It’s time for Republicans to tell Trump to get out

President Trump called the New York Times op-ed, anonymously written by a senior White House official, “gutless.”
President Trump called the New York Times op-ed, anonymously written by a senior White House official, “gutless.” Pool/Getty Images

Excerpts from Pulitzer Prize-winning journalist Bob Woodward’s forthcoming book, “Fear: Trump in the White House,” in addition to a recent Op-Ed published in the New York Times, paint a White House in complete disarray and highlight the increasing threat President Trump represents to U.S. national security. The unprecedented behaviors highlighted in both pieces should be of concern to all Americans. It appears that the only thing preventing this president from acting on his “misguided impulses” are the machinations of a few Cabinet officials, the so-called “two-track presidency.”

Multiple senior officials, including several Cabinet members, suggest the President, if left to his own devices, represents a clear and present danger to our country. The op-ed’s author, an anonymous senior Trump official, said, “We believe our first duty is to this country, and the president continues to act in a manner that is detrimental to the health of our republic.” The official also said, “President Trump’s impulses are generally anti-trade and anti-democratic.” Further, it was stated the President “shows a preference for autocrats and dictators…and displays little genuine appreciation for the ties that bind us to allied, like-minded nations.”

Woodward reported that Defense Secretary Jim Mattis, following a National Security Council meeting in January on North Korean military capabilities, “was exasperated and alarmed, telling close associates that the president acted like — and had the understanding of — a fifth-or-sixth-grader.” He also reported that Mattis ignored a direct order from Trump in April 2017 to assassinate Syrian President Bashar al-Assad. Mattis is quoted as telling a senior aide: “We’re not going to do any of that. We’re going to be much more measured.”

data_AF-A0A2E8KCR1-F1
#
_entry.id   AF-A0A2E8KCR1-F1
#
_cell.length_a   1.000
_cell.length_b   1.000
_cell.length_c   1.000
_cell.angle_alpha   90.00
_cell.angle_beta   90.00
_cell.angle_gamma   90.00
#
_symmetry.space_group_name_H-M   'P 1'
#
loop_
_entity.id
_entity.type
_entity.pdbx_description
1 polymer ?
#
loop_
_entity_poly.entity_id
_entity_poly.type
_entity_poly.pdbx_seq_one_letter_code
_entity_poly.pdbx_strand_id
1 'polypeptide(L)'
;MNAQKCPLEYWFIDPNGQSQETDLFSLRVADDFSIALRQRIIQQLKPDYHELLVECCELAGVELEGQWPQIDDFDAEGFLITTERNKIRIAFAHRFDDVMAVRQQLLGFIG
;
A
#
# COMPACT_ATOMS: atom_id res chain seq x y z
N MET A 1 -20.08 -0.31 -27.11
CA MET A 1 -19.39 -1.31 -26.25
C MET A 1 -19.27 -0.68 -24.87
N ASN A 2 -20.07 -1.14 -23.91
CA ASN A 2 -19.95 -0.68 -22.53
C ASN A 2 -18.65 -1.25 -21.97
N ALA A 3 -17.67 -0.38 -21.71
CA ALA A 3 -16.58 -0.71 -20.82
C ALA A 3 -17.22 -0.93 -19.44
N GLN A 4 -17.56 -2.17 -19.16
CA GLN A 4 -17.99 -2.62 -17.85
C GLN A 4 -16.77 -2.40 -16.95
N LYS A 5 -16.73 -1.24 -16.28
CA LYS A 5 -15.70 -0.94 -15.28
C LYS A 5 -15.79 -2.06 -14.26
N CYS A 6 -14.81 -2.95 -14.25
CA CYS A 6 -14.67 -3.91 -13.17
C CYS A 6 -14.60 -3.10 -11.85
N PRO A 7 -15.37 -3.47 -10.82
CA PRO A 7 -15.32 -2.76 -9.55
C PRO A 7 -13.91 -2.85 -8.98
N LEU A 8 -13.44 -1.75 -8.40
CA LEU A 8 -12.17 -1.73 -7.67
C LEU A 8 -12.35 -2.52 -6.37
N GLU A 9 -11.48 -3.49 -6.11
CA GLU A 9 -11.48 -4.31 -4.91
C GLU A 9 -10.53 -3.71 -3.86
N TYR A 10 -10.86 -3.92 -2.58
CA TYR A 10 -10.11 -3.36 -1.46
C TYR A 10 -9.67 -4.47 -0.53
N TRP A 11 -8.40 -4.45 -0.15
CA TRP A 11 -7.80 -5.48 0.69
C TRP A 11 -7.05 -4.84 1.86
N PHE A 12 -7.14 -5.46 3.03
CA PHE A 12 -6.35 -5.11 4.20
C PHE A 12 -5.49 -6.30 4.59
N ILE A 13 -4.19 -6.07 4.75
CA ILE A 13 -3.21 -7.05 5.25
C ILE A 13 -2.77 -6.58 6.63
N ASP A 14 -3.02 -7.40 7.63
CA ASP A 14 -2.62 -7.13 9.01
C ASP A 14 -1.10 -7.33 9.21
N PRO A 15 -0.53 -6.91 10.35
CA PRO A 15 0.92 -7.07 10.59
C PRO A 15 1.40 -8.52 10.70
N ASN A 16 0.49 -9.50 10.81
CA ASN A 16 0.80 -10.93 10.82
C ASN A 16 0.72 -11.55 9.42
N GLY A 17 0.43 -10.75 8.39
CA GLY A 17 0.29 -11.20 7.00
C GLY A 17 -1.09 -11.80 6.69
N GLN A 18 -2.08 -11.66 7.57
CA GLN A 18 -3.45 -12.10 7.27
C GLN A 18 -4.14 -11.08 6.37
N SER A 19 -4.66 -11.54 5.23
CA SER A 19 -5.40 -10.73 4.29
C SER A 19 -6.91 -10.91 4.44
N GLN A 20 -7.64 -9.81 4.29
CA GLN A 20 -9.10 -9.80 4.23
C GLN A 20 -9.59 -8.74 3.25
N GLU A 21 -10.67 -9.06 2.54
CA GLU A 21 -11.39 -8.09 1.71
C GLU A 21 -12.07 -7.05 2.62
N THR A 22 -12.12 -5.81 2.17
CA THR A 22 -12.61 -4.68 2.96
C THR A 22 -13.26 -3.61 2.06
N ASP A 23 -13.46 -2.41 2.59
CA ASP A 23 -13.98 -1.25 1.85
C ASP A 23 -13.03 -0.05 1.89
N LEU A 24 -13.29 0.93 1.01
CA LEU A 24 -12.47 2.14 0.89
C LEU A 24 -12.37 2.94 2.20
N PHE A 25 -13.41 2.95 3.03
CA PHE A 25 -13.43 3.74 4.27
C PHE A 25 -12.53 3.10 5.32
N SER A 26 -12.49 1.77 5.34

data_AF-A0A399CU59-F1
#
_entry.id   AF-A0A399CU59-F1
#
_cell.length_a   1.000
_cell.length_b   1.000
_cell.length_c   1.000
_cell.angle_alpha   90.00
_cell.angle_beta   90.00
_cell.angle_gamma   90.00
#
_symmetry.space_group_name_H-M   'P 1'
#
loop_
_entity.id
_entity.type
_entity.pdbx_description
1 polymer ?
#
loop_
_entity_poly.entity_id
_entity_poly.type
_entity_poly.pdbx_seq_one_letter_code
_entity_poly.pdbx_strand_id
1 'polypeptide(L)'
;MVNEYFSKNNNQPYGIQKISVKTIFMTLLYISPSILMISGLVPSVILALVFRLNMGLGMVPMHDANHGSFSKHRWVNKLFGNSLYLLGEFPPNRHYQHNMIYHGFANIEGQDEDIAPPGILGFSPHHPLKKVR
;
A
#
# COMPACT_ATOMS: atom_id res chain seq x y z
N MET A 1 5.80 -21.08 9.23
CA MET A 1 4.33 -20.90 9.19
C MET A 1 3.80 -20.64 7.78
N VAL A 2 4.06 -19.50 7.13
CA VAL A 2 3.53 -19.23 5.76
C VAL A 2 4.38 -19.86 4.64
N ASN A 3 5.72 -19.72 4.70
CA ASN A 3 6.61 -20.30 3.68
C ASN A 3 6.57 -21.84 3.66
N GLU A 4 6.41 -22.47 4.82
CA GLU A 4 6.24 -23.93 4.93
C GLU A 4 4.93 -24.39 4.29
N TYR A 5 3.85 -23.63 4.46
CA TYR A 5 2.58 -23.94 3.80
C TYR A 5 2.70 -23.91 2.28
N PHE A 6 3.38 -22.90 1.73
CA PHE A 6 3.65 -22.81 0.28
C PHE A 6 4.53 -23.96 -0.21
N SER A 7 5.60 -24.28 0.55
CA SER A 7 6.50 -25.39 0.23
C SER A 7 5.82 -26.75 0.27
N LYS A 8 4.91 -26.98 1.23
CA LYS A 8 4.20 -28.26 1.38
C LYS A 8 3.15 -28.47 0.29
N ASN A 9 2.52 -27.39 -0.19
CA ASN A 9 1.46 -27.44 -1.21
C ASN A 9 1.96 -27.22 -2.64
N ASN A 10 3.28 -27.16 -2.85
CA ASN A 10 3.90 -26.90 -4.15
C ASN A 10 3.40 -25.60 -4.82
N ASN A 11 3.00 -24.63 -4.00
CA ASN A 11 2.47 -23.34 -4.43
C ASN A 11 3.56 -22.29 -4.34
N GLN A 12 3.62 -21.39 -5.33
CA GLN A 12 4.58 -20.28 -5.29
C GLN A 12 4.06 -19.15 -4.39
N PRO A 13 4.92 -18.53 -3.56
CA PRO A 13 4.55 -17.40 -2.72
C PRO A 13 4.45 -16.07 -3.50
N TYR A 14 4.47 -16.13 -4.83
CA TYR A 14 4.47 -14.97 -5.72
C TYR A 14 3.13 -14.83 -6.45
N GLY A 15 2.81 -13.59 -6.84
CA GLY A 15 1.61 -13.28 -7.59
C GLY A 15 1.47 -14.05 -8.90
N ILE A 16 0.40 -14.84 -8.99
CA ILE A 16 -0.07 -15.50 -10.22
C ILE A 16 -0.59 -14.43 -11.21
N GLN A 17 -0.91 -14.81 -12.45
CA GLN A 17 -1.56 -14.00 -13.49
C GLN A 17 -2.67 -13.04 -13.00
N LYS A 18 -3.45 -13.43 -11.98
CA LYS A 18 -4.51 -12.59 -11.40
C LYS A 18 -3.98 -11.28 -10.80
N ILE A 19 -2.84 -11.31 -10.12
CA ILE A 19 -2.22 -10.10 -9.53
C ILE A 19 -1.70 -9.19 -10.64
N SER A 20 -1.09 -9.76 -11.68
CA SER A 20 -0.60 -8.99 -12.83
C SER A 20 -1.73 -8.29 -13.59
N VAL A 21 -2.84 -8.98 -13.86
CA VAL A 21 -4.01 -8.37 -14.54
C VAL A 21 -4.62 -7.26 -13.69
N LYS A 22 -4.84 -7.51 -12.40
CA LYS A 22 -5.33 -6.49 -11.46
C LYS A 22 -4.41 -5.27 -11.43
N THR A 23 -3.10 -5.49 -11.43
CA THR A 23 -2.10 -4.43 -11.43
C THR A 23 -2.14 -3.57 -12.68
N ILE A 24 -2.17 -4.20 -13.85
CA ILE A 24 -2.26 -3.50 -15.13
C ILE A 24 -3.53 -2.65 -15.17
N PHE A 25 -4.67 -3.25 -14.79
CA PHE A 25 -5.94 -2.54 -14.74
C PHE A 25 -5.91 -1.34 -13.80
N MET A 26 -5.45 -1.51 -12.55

Regrettably, there are countless other examples that illuminate the president’s inability to serve as the chief executive of the United States and leader of the free world. For instance, former Director of the National Economic Council Gary Cohn is alleged to have on two occasions stolen letters from the Resolute Desk that would have formally withdrawn the United States from both NAFTA and a free-trade agreement with South Korea. In fact, the op-ed said, “There were early whispers within the cabinet of invoking the 25th Amendment,” which, if implemented, would have initiated the president’s removal from office.

The wall-to-wall coverage of these revelations in the press is encouraging, as Americans have a right to know that the president’s “amorality”, in addition to his proclivity to engage in destructive, anti-democratic policies, has paralyzed the White House and nurtured what Woodward describes as “an administrative coup d’état” at the highest levels of government. That said, the scandalous disclosures outlined in these articles reverberate well beyond the borders of this country, as America’s allies — as well as its enemies — recalibrate their respective foreign policies with the United States.

The implications are profound, as America’s ability to advance its foreign policy and national security interests around the globe are largely based on the president’s ability to project strength within the international community of states. For example, Egyptian President Abdel Fatah al-Sissi, in response to Trump’s request to release an imprisoned American charity worker, replied: “Are you going to be around?” In the past, some have argued that Russian President Vladimir Putin’s decision to annex Crimea in 2014 was in part because of what he perceived as the Obama administration’s weakness.

Moving forward, it is hard to imagine that officials like Commerce Secretary Wilbur Ross, whom a belligerent Trump told that the was “past your prime. . . I don’t trust you. . . . I don’t want you doing more negotiations,” will be capable of effectively influencing his foreign counterparts.

Donald Trump’s fitness to hold office undoubtedly is in question; in a healthy democracy, bipartisan support for his removal would be a fait accompli. The time has long since past for the GOP — as it did with Nixon in 1972 — to compel Trump to resign.

However, it’s unclear whether Senate Majority Leader Mitch McConnell or Florida Sen. Marco Rubio are inclined to do so. As it stands, Republicans seem content to let our democracy rot from its head.

Keith E. Noble, Ph.D., is a former CIA Open Source Center Bureau Chief. He led collection and analytical operations for the agency in more than 30 countries, and is the author of numerous classified reports and analyses.